We first sought to determine CTC abundance and composition in hospitalized women with progressive breast cancer who had no treatment or were temporarily off-treatment and who consented to donate blood during the active (10:00 am) and rest (4:00 am) phases of the same day, including a total of 30 patients (Fig. 1a). Of these, 21 patients were diagnosed with early breast cancer (no metastasis) and 9 were diagnosed with stage IV metastatic disease at the time of blood sampling (Supplementary Table 1). Strikingly, following antigen-agnostic microfluidic capture of CTCs and confirmation through immunofluorescence staining5, we found most CTCs (78.3%) in samples obtained at night time during the rest phase, including single CTCs, CTC clusters and CTC–white blood cell (WBC) clusters (Fig 1a, Extended Data Fig. 1a and Supplementary Table 1). To test the generality of these findings and to finely characterize the precise timing of the events, we used four different mouse models of breast cancer, including xenografts derived from human breast CTCs (NSG-CDX-BR16), xenografts with established human breast cancer cells (NSG-LM2) or mouse breast cancer cells (NSG-4T1), and an immunocompetent syngeneic breast cancer model (BALB/c-4T1). Following transplantation of breast cancer cells in the mammary fat pad and tumour growth, we examined spontaneous CTC generation over time by means of terminal blood sampling and microfluidic CTC capture. Consistently with patient data, we found most CTC events (99.2% in NSG-LM2, 97% in NSG-CDX-BR16, 93.8% in NSG-4T1, 87% in BALB/c-4T1) to be present in samples obtained through cardiac puncture during the mouse rest phase (corresponding to daylight time, given the inverted circadian rhythm of rodents compared to humans6; Fig. 1b,c and Extended Data Fig. 1a). More precisely, when carrying out a time kinetic analysis of a 24-h time period at intervals of 4 h, we observed a very prominent oscillatory pattern of CTC release, peaking between 4 and 12 h zeitgeber time (ZT; with ZT0 defined as 06:00 am when the lights turn on, and ZT12 defined as 06:00 pm when the lights turn off) corresponding to their rest phase (Fig. 1b and Extended Data Fig. 1b) in mice with analogous tumour burden (Extended Data Fig. 1c,d). When focusing on the two most representative time points for the rest (ZT4) and active (ZT16) phases of the mouse circadian rhythm, we observe marked differences in absolute and normalized CTC counts in all tested models, with a 6- to 88-fold increase for single CTCs, a 12- to 278-fold increase for CTC clusters and an 8- to 34-fold increase for CTC–WBC clusters during ZT4 (Fig. 1c and Extended Data Fig. 1e–g), whereas no changes are observed in the ratio of the various CTCtypes (Extended Data Fig. 1h). Further, we identified highly similar (yet, even more pronounced) oscillatory patterns in CTC abundance when blood samples were obtained directly from the tumour draining vessel (TDV; Fig. 1b and Extended Data Fig. 2a–e). Given these results, the extremely short circulation half-life of CTCs7,8, and their similar clearance rate during different time points of the rest and active phases (Extended Data Fig. 2f,g), we conclude that the main differences in CTC abundance observed during the rest versus the active phase are to be ascribed to differences in intravasation rates. We then attempted to perturb the physiological rhythm of tumour-bearing mice by different means. First,on the one hand, we used well-established methods to shift the normal light/dark (LD) cycle, provoking a jet-lag effect9, and on the other hand, we treated control and jet-lagged mice with melatonin, a key hormone that regulates the sleep cycle (Extended Data Fig. 3a). Strikingly, when analysing blood in all mice at ZT4, we find that jet-lag induction leads to a 38- to 282-fold decrease in single CTCs, a 63- to 484-fold decrease in CTC clusters and a 28- to 219-fold decrease in CTC–WBC clusters compared to those in control mice and with no changes in primary tumour size (Extended Data Fig. 3b–d). Further, when treating tumour-bearing mice with melatonin (daily, 2 h before the start of the rest phase), and exposing them to a jet-lagged or normal LD cycle for a total duration of 22 days, we find a marked melatonin-induced increase in the production of single CTCs, CTC clusters and CTC–WBC clusters in all cases, rescued by the melatonin receptor antagonist luzindole (Extended Data Fig. 3e). Along with the effects of melatonin in increasing CTC production and luzindole in decreasing it without affecting primary tumour size, we observe an augmented or reduced metastatic burden, respectively (Extended Data Fig. 3f,g). We then exposed tumour-bearing mice to altered LD cycles. We used a long-day photoperiod (14:10 LD), as well as two different T-cycles with LD cycles that differ from 24 h (20-t, 10:10 LD and 28-t, 14:14 LD), and tested their effect on CTC generation. We observe a consistent increase in CTC counts during the rest phase in each of these light conditions (Extended Data Fig. 4a–d), suggesting a key role for light exposure, and its consequences, in CTC intravasation. Last, given the oscillatory pattern of CTC intravasation and its relation to the circadian rhythm, we tested whether this pattern was abolished in the context of a syngeneic transplantation of E0771.lmb mouse cancer cells in either wild-type BL/6 mice (BL/6-E0771.lmb) or in Bmal1-homozygous-knockout mice (BL/6-Bmal1−/−-E0771.lmb), the only arrhythmic single-gene-knockout model10 (Fig. 1d). We find that, whereas CTC counts from both cardiac puncture and the TDV follow a typical oscillatory pattern in control BL/6-E0771.lmb mice, oscillation in CTC counts is lost in BL/6-Bmal1−/−-E0771.lmb mice (Fig. 1d and Extended Data Fig. 4e). Of note, BL/6-Bmal1−/−-E0771.lmb mice generally fail to generate CTCs despite identical tumour size and timing of sample collection compared to those for BL/6-E0771.lmb control mice (Extended Data Fig. 4f,g), highlighting that a disruption of the master regulator of the circadian clock results in abolished CTC intravasation. Taken together, these results demonstrate that CTCs are not shed continuously during tumour progression, but the greatest release of single and clustered CTCs is achieved during sleep in both patients with breast cancer and mouse models.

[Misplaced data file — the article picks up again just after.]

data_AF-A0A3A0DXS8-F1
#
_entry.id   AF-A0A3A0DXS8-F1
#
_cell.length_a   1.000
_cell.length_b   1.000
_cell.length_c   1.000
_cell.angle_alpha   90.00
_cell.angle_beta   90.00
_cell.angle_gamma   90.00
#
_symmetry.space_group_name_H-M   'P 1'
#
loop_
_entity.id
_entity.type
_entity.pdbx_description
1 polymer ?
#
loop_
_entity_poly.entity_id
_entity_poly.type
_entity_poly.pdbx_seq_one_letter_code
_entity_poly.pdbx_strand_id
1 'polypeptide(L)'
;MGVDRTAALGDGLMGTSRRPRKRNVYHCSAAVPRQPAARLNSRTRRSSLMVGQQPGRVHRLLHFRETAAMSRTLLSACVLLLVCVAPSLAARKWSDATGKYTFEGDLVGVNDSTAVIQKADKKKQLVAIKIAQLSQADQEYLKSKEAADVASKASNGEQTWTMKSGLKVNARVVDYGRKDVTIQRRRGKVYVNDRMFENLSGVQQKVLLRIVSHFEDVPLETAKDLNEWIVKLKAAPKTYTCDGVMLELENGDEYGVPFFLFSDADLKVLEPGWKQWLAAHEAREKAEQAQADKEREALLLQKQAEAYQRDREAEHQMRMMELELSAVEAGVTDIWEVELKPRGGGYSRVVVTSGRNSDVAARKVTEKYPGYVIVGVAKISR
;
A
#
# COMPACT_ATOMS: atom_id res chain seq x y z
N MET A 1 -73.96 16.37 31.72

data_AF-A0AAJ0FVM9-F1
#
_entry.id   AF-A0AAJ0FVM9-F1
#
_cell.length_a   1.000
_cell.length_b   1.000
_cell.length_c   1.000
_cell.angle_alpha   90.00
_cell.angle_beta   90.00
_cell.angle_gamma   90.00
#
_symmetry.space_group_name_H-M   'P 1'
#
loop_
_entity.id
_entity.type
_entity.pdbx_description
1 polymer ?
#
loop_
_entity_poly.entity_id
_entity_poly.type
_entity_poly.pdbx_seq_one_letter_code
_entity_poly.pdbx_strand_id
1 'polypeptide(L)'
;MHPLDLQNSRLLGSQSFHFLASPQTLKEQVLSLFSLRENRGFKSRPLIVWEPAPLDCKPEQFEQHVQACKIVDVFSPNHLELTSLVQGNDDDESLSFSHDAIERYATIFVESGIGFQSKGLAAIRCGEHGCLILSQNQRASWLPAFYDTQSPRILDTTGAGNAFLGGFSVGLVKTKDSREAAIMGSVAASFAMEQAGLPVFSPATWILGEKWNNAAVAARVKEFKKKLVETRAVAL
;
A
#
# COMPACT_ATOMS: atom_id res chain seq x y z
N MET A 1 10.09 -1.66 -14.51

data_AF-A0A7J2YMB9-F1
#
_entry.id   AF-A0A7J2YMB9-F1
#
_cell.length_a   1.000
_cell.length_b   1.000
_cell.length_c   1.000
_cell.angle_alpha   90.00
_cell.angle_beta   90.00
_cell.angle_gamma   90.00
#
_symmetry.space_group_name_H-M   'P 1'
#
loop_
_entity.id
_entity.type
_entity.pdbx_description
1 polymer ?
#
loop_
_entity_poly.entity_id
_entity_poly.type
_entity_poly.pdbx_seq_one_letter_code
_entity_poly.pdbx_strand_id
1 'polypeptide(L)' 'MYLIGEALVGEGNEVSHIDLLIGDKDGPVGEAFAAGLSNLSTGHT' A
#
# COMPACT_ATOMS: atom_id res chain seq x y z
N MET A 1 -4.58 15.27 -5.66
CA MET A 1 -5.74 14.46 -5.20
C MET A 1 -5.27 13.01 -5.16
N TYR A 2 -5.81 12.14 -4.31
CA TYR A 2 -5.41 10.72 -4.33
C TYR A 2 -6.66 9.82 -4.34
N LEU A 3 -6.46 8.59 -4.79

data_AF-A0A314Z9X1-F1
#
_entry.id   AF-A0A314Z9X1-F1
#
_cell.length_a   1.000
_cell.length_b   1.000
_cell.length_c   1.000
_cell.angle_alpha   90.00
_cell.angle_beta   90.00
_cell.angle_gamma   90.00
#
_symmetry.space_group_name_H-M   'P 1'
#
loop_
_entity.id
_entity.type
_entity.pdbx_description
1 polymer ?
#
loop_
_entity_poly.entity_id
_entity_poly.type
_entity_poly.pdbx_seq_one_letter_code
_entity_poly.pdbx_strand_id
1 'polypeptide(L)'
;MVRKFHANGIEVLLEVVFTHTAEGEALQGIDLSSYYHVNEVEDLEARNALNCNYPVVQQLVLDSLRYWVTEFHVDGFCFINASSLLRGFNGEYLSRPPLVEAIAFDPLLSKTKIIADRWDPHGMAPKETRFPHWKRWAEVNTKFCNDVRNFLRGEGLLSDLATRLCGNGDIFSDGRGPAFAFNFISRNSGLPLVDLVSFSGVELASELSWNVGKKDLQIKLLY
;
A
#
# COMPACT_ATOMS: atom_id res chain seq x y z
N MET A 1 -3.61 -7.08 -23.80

Metastatic ability of CTCs during sleep